But what about the big ones? What happens when a Category 5 Hurricane, or a monster surge of 24 feet like the one produced by Katrina comes crashing at those wetlands? Well it turns out that wetlands can’t do much. They get covered, buried under that huge storm surge, so that the benefit of friction has only temporary and nominal effect. And the waves get the full height of water in which to form, too, so the waves come crashing as they do in the open sea.
The net result is that wetlands hardly contribute anything to protecting us from major storms.
But don’t take my word for it. The Corps of Engineers has been working on the wetlands problem for many years. They and the Louisiana Department of Natural Resources have teamed up on a number of projects. Many years of study have resulted in reports like the Coast 2050 and the Louisiana Coastal Area Ecosystem Restoration Project.
While these reports have done a yeoman’s job of documenting the ecological and economic importance of wetland protection and restoration, the connection to storm surge protection is tenuous at best. Here is what the Coast 2050 report has to say about it:
It is commonly acknowledged that barrier islands and coastal wetlands reduce the magnitude of hurricane storm surges and related flooding; however, there are scant data as to the degree of reduction...
Hurricane Andrew gave direct evidence that the physiography of marshes where a storm makes landfall affects the degree to which the storm surge is dampened. The surge amplitude in the Terrebonne marsh system decreased from 9.3 ft above sea level in Cocodrie to 3.3 ft (Swenson 1994) in the Houma Navigation Canal approximately 23 miles due north. This equates to a reduction in surge amplitude of approximately 3.1 inches per linear mile of marsh and open water between Houma and Cocodrie. Similarly, the magnitude of the storm’s surge was reduced from 4.9 ft at Oyster Bayou to 0.5 ft at Kent Bayou located 19 miles due north. This equates to a reduction in surge amplitude of approximately 2.8 inches per linear mile of fairly solid marsh between these sites.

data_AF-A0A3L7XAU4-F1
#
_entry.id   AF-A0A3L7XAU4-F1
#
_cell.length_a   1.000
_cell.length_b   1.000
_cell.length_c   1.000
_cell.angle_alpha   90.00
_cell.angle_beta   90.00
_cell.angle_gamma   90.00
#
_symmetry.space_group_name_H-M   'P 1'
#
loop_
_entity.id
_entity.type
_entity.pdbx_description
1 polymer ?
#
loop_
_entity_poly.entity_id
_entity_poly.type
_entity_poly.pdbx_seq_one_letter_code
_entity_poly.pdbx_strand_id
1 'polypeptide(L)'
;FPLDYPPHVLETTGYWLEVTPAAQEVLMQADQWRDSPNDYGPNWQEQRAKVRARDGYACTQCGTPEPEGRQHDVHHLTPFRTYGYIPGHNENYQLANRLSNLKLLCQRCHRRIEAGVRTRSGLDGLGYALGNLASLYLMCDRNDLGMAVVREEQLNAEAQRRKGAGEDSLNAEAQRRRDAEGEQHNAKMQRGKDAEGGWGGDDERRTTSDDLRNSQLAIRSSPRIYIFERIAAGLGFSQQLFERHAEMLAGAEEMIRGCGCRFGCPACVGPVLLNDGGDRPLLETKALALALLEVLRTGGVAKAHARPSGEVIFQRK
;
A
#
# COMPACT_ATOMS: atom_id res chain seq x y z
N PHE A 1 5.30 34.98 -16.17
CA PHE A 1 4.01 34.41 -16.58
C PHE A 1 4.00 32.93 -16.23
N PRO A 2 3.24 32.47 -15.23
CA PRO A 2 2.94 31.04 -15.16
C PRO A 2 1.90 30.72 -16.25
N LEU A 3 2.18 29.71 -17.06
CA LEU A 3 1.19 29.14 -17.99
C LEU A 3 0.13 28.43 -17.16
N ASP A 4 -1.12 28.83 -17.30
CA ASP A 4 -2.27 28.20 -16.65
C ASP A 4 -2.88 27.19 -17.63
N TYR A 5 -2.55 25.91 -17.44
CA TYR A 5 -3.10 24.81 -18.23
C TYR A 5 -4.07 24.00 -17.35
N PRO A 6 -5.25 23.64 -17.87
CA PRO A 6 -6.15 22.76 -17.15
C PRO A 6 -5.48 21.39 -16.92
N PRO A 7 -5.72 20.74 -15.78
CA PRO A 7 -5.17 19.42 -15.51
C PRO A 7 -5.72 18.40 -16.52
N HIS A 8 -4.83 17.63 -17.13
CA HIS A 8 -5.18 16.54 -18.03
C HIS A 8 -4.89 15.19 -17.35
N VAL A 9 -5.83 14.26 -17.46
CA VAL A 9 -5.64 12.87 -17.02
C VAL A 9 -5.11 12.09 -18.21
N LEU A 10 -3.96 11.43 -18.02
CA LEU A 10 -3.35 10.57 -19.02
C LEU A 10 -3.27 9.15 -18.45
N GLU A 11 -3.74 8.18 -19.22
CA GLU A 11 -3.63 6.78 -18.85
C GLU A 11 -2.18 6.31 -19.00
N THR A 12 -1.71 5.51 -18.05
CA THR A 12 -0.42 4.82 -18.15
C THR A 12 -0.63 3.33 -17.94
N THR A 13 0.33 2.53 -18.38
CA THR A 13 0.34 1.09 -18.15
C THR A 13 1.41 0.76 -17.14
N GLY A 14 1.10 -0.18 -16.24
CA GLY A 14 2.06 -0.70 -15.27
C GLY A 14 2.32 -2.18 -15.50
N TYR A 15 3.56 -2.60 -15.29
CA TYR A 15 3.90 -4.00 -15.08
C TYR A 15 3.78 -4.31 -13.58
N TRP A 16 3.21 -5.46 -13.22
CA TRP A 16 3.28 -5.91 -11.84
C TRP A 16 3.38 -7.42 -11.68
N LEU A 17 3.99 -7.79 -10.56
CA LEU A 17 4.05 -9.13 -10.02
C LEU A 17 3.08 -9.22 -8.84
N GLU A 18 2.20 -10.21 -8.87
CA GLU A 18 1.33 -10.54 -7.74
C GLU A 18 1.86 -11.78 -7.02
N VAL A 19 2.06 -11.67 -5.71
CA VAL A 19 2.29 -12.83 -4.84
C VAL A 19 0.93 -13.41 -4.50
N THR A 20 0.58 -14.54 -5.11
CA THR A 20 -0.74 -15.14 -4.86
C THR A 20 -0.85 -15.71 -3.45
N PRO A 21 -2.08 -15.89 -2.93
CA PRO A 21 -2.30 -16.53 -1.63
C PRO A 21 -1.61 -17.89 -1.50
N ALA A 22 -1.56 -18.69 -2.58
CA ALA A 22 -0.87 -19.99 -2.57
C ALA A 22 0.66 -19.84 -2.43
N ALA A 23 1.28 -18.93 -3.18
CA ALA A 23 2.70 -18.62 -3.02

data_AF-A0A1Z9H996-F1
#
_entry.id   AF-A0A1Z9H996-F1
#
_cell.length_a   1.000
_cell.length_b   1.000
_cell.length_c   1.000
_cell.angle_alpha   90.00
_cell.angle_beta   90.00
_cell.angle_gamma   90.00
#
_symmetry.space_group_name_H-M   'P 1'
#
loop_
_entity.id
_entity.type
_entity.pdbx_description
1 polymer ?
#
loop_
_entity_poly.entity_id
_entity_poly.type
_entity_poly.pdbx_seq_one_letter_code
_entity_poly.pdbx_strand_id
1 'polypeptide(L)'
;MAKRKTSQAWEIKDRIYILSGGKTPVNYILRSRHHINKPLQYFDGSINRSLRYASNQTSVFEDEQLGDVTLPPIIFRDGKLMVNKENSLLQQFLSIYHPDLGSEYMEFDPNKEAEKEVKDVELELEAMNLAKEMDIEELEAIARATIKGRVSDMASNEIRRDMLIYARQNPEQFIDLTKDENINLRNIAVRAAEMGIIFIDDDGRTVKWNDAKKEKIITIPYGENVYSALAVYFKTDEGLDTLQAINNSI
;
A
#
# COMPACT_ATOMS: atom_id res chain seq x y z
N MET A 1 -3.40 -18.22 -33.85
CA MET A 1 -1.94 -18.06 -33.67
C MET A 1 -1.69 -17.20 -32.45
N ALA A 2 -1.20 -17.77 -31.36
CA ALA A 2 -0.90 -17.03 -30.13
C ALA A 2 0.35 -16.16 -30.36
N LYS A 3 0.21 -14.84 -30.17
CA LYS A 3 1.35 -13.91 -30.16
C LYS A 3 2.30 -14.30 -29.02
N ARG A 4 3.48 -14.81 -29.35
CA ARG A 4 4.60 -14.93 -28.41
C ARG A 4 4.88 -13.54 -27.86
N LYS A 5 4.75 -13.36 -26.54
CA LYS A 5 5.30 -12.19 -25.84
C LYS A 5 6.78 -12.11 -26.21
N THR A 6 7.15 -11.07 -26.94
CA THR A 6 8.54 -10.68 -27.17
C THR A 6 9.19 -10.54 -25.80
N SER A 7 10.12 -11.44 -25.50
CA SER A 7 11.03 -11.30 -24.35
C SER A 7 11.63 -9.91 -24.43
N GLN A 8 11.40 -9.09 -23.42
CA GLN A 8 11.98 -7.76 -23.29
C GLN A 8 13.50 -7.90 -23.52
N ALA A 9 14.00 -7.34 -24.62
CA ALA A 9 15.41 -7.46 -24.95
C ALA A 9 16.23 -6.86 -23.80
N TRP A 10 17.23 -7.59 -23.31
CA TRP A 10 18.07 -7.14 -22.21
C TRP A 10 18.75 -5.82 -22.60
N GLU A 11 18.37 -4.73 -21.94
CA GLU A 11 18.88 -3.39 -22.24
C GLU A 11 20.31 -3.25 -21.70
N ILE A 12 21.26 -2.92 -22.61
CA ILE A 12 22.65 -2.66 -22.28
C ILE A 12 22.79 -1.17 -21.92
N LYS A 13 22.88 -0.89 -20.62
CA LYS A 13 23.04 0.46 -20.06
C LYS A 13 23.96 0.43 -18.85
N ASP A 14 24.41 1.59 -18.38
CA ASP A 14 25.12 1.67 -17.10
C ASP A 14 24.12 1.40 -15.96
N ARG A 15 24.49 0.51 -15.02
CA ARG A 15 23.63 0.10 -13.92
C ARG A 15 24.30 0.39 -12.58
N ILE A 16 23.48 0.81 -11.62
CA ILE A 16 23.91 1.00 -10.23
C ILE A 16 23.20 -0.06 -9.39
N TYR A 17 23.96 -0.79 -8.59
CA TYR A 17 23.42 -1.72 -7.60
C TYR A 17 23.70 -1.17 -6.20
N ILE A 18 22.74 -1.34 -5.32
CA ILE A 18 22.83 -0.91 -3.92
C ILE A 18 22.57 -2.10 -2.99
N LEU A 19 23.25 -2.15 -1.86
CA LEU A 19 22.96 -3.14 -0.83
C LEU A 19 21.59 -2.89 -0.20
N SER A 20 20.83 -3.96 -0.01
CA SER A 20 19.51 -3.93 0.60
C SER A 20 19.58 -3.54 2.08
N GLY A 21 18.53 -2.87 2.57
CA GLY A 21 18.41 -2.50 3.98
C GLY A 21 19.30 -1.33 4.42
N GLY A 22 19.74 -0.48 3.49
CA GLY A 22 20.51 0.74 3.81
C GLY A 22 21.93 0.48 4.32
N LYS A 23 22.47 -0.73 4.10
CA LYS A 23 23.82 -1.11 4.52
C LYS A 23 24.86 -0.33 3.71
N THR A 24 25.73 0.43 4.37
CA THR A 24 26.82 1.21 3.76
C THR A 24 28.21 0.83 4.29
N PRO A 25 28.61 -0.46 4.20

Source: Coast 2050 Executive Summary
Now notice the data was collected during Hurricane Andrew, a Category 5 storm when it made landfall, a bona fide "big one."
The data is scarce, but to perfectly Pollyannaish about it, let’s say it's totally true we can get 3.1 inches of storm surge reduction per linear mile of marsh between where we live and where the hurricane comes ashore.
And let’s also say we want to knock down a storm surge from a monster of 20 feet in height to a tame 10 feet in height. That’s 10 feet of reduction at 3.1 inches per mile. The simple math tells us that we would need 39 miles of wetlands out there to make this happen.
That’s quite a distance.
To protect New Orleans East and St. Bernard from the next “big one,” we would not only have to fill the much-despised MRGO--we would have to fill Lake Borgne! And that's IF it really works, which we don't even know if it will.
I’m sorry to have to be the bearer of bad news. I know it really sounds nice that we can be environmentally-minded and save our cities at the same time, but it’s just not true.
Coastal restoration is an admirable, worthy goal. It just has little to do with hurricane protection.
Do you understand now why I keep writing about how much we need those levees? They're our only hope.